By Aaron Lumnah, Digital Marketing Manager
With cyberattacks occurring on what appears to be a daily basis, and the average cost of a data breach in 2016 resting at $4 million according to a report by the Ponemon Institute, it’s never been more important to ensure your organization is following security best practices to prevent a breach of its own. Even though the U.S. migration to EMV credit cards has helped to reduce the rate of fraud for physical transactions, Card Not Present (CNP) fraud has greatly increased in recent years. In fact, CNP fraud represents 45% of all credit card fraud in the U.S., according to a report by Aité Group.
To make matters worse, after conducting a survey of over 500 contact center agents worldwide, Semafone found that a startling 72% of organizations require customers to read their credit card numbers out loud when making a payment over the phone. This outdated practice puts customers at risk of having their personal information overheard by eavesdroppers, and puts the organization at risk of a data breach by exposing sensitive data to both contact center agents and call recordings. What’s more, the survey revealed that breach attempts are in fact happening by both insiders and outsiders, yet only 42% of contact center agents who witness one reports the incident to upper management.
These staggering figures beseech companies to do more to not only protect their customers, but also their brand reputations and, ultimately, their bottom line by preventing fraud.
While it may seem difficult to keep up with all the latest developments in cybersecurity, a great place to start ensuring your company is following best practices is to comply with governmental and industry compliance requirements. For organizations that take card payments, one of the most fundamental frameworks they must comply with is the Payment Card Industry Data Security Standard (PCI DSS).
What is the PCI DSS?
One of the most prevalent compliance standards in the payments industry, the PCI DSS is a globally accepted set of controls agreed upon and enforced by the Payment Card Industry Security Standards Council (PCI SSC), a consortium of the five major credit card companies, including Visa, MasterCard, Discover, American Express, and JCB. Originally put into practice in 2004 to mitigate the growing problem of credit card fraud and to streamline the security requirements among the major credit providers, the framework encompasses all aspects of payment collection, including telephone payments.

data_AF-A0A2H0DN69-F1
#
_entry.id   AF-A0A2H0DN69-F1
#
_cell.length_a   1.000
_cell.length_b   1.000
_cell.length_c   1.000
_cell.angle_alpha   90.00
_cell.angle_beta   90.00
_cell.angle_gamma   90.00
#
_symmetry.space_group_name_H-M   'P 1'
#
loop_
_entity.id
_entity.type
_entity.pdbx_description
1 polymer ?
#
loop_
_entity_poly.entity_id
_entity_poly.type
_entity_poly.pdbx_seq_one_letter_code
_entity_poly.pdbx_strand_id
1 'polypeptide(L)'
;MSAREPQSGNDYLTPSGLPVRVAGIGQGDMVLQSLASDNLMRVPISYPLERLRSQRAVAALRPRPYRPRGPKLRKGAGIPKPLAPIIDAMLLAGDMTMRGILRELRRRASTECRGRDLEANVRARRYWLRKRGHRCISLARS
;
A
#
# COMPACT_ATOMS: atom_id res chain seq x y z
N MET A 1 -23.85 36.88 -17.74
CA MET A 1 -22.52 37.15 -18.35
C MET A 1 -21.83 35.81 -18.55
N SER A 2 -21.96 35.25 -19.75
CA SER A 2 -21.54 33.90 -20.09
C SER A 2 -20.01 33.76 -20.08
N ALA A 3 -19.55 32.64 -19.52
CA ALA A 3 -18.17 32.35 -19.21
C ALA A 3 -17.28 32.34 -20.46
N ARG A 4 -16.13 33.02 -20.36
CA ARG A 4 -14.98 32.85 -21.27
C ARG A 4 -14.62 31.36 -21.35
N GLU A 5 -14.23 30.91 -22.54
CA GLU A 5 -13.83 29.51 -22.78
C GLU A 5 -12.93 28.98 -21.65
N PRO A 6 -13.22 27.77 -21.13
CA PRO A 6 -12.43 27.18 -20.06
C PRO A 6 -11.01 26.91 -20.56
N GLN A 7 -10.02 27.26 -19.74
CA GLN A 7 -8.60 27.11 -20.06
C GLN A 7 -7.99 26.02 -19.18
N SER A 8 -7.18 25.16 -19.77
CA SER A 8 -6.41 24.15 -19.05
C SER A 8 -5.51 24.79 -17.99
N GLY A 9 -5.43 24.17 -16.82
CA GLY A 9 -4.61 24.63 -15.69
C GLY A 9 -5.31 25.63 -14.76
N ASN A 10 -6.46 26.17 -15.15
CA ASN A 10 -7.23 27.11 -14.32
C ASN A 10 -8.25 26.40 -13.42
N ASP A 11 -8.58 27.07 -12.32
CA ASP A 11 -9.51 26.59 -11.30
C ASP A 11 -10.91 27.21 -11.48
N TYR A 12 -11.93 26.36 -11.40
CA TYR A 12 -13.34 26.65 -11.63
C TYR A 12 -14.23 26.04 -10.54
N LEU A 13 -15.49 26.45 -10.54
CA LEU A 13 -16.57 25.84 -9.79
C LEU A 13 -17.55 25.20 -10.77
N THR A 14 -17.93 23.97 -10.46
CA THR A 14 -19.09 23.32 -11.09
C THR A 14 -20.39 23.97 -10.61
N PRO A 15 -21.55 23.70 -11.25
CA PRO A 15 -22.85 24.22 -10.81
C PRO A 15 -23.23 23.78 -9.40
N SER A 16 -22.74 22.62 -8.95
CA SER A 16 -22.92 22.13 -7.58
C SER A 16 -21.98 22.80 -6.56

Having gone through several iterations throughout the history of the PCI DSS, the PCI SSC released version 3.2 in April of 2016. The current version is organized into six distinct categories, with twelve broad requirements, outlining a total of over 400 security controls that every merchant must implement to achieve compliance.
Any organization taking payments must comply with these guidelines. Failure to comply could result in fines from each of the payment providers and in extreme cases could even lead to them revoking the privilege of the merchant to accept credit payments.
Making sure your organization has met compliance standards can be a challenge, to say the least! For this reason, we’ve compiled some best practices to help you make your contact center PCI DSS compliant and reduce the risk of credit card fraud.
How Do I Make My Contact Center PCI DSS Compliant?
The task of complying with the twelve standards and over 400 controls outlined in the PCI DSS may seem daunting, but there are ways to reduce the amount of applicable PCI controls in your contact center. This process is known as “descoping” and can significantly cut down on the amount of contact center infrastructure considered “in scope” of the framework. Descoping can dramatically reduce the cost associated with compliance and will lead to a much simpler process overall.
Descoping Starts with Removing Payment Information
In order to understand how to effectively descope a call center, we must first understand what it means to be “in scope.” According to the PCI Security Standards Council’s Quick Reference Guide, “The PCI DSS applies to all entities that store, process, and/or transmit cardholder data. It covers technical and operational system components included in or connected to cardholder data.” That means that the PCI DSS considers any person, system, or piece of technology that touches payment information as “in-scope.”